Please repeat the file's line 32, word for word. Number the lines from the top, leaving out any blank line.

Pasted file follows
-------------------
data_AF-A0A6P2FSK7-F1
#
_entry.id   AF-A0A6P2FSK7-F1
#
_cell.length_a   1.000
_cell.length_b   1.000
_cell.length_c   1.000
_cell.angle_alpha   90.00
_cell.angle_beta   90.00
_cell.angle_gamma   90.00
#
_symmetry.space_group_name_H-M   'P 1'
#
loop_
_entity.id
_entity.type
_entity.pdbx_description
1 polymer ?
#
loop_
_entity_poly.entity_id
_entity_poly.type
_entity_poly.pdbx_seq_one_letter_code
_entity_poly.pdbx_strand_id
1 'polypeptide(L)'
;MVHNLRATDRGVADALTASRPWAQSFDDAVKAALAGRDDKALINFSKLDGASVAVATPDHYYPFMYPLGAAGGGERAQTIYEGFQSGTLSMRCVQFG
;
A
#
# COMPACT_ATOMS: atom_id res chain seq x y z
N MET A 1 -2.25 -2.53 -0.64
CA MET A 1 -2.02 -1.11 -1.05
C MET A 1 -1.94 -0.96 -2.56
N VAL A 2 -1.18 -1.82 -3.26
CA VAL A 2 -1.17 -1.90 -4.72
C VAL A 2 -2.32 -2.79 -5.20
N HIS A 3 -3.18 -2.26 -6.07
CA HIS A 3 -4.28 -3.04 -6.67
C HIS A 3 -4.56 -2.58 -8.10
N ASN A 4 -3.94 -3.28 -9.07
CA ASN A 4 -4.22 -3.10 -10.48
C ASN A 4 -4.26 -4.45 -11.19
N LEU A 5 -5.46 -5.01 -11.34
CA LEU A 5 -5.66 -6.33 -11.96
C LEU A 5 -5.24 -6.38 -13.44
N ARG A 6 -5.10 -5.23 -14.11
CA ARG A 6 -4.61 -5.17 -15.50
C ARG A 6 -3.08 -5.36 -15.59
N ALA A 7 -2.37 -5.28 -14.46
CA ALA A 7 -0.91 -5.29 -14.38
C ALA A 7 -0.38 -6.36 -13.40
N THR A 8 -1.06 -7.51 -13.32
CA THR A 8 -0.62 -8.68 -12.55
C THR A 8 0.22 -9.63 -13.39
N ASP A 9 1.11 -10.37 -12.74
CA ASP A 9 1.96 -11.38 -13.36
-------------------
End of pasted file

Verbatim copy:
CA MET A 1 -2.02 -1.11 -1.05